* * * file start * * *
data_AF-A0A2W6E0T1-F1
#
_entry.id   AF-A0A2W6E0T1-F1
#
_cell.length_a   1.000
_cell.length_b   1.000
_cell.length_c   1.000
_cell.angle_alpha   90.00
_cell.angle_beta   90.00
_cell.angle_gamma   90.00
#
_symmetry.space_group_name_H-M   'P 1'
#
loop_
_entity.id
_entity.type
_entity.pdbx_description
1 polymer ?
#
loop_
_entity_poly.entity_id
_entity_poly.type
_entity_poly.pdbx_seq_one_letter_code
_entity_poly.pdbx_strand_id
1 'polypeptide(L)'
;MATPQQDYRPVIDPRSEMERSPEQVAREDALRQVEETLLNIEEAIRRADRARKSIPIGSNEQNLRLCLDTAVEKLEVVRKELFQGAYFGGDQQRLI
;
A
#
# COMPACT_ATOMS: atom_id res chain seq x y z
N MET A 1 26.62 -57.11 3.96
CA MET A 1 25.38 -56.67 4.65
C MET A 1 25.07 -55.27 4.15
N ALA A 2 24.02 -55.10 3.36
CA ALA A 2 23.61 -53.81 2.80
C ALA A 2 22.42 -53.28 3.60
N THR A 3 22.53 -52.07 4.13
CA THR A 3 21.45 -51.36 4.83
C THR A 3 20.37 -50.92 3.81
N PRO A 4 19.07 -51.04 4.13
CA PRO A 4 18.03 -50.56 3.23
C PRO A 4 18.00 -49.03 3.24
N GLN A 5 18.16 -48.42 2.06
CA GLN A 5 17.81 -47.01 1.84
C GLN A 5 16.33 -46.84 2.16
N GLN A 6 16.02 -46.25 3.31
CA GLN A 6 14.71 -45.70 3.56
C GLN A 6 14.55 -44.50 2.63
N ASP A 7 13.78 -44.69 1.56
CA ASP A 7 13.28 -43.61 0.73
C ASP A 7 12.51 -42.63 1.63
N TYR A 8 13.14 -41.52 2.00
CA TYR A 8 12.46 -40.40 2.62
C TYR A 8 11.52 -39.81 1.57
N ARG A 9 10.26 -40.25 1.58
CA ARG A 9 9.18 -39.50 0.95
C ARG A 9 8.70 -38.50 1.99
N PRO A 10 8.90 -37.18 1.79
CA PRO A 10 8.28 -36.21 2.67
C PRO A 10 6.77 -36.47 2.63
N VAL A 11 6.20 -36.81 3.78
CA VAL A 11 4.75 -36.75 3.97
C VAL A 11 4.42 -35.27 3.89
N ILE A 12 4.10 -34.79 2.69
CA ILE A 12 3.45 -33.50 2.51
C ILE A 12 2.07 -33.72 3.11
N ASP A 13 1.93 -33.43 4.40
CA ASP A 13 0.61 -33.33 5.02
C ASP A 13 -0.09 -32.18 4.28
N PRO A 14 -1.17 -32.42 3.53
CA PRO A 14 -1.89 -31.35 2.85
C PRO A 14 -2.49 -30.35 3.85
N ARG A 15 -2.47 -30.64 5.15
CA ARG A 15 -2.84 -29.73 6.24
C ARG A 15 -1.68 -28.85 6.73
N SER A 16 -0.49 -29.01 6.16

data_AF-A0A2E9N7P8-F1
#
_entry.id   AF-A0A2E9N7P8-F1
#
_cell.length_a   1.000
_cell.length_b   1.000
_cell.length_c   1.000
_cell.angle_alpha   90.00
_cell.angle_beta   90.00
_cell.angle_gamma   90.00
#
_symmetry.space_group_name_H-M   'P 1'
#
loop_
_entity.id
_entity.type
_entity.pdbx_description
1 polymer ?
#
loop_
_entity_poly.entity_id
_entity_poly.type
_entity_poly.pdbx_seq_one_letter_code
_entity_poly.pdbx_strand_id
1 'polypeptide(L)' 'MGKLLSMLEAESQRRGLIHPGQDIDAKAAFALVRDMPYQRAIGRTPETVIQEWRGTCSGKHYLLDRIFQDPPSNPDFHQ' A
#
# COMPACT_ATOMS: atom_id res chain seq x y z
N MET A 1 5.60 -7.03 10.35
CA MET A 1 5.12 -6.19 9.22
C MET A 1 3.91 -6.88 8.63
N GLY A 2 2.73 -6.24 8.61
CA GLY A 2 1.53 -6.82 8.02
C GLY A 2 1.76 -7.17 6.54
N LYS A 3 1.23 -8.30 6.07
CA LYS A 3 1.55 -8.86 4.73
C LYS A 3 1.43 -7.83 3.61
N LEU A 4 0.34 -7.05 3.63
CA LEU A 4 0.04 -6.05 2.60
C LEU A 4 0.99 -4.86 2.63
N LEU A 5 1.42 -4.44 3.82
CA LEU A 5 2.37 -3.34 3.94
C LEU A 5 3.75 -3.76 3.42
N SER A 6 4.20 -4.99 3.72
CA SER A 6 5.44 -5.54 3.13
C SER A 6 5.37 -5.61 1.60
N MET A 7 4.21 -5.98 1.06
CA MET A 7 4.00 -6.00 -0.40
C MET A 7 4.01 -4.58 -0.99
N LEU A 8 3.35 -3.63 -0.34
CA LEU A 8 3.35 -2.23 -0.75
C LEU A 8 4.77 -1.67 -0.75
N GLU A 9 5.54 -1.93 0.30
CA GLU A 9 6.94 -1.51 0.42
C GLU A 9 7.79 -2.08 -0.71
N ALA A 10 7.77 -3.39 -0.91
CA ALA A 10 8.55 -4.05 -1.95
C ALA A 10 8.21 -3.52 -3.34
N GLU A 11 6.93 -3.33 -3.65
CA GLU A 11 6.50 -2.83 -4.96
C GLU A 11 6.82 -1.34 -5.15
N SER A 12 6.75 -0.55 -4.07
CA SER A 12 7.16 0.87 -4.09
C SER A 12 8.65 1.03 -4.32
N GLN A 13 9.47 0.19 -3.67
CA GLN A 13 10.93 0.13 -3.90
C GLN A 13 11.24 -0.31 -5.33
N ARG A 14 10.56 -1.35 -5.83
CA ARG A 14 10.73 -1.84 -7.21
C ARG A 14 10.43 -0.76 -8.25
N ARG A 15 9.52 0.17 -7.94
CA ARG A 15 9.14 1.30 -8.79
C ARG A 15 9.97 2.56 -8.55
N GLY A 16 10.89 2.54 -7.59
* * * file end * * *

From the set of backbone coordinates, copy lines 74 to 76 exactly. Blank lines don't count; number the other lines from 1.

CA ARG A 15 -2.84 -29.73 6.24
C ARG A 15 -1.68 -28.85 6.73
N SER A 16 -0.49 -29.01 6.16